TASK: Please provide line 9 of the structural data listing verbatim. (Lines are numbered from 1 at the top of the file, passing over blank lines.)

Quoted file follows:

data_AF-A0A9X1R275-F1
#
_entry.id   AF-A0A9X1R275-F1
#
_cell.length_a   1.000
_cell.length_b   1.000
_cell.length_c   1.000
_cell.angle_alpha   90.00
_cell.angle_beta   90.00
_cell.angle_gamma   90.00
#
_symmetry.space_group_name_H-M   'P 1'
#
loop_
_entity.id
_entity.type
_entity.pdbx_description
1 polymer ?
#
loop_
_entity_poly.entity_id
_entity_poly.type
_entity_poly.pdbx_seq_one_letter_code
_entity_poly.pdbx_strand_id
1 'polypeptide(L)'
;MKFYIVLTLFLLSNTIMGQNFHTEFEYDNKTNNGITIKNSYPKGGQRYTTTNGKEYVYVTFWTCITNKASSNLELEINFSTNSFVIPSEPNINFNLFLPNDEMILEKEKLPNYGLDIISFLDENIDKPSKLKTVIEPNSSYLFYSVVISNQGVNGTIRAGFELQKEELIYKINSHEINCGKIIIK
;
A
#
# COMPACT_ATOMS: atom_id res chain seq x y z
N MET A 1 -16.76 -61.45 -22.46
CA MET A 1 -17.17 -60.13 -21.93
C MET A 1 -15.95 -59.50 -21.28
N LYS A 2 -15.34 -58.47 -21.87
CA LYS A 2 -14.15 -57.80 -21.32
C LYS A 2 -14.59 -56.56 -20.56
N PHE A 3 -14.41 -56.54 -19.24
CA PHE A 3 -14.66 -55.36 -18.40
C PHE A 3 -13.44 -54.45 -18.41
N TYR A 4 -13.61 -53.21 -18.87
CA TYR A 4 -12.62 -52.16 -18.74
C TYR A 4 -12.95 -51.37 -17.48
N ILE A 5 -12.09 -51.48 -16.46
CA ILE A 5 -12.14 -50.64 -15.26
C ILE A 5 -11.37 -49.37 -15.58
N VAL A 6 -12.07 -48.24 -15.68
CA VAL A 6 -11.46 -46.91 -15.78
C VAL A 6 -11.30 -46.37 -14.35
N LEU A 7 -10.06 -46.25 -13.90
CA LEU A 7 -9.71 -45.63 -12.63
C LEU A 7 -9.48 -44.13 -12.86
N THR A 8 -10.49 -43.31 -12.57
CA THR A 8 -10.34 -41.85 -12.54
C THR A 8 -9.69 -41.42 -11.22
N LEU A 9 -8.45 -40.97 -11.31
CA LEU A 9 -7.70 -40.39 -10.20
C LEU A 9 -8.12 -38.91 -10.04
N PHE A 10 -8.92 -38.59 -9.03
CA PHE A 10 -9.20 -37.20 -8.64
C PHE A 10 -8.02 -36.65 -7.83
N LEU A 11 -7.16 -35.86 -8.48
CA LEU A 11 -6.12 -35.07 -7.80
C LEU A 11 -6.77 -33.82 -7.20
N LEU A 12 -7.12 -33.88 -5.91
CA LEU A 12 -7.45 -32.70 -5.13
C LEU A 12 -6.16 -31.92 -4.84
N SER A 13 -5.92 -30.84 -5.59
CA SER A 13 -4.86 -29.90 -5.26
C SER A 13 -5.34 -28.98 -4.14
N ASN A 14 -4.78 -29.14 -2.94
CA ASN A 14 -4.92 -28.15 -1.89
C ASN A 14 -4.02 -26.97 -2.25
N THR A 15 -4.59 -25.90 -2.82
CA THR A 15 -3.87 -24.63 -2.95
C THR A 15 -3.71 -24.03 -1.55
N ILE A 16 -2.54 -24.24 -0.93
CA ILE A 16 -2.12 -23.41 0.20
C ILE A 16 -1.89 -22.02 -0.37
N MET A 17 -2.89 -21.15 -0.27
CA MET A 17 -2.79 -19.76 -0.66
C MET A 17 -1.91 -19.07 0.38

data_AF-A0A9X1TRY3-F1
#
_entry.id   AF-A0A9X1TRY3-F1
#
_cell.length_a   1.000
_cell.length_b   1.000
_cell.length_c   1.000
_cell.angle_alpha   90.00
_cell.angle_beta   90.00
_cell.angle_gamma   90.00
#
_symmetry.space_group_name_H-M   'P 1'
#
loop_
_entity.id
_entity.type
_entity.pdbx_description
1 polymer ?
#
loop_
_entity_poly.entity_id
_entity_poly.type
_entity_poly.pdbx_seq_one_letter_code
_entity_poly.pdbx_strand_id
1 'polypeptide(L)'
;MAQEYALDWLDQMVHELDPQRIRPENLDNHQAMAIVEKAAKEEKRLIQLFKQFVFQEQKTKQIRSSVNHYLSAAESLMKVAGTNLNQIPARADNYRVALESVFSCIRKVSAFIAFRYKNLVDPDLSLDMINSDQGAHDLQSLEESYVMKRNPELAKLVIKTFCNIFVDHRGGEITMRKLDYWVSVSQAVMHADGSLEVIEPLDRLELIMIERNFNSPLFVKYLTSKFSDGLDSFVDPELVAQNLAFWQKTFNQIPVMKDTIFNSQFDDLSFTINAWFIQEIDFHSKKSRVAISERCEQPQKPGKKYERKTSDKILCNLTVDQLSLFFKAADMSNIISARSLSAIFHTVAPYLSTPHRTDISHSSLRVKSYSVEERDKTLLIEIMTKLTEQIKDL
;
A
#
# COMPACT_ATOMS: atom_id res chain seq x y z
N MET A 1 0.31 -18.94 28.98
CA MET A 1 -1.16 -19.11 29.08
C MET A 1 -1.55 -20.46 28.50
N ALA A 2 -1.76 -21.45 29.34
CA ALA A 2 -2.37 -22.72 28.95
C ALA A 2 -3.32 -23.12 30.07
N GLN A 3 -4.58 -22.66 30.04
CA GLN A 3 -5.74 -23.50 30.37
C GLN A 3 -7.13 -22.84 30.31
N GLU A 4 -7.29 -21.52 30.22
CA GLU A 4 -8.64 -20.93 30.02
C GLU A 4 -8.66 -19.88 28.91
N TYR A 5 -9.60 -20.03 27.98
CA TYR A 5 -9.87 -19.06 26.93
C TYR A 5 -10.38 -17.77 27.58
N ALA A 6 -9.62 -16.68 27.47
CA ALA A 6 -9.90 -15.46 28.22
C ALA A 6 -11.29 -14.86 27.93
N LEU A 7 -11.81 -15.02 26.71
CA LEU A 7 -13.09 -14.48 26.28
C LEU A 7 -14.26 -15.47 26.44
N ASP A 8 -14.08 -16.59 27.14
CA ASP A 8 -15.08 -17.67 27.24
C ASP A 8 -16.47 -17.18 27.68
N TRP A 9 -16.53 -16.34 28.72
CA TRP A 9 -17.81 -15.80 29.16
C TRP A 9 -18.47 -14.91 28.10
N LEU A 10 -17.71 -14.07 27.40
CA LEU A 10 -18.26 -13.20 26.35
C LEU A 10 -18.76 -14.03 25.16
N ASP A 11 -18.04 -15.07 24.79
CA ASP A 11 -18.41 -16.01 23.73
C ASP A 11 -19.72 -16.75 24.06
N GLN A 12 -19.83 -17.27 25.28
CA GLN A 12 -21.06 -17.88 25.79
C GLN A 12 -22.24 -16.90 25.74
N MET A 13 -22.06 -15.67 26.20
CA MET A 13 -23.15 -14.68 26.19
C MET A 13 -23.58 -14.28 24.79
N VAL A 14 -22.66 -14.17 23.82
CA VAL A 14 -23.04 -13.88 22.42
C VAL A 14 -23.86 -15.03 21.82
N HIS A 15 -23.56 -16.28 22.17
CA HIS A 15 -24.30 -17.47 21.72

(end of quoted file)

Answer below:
_cell.angle_beta   90.00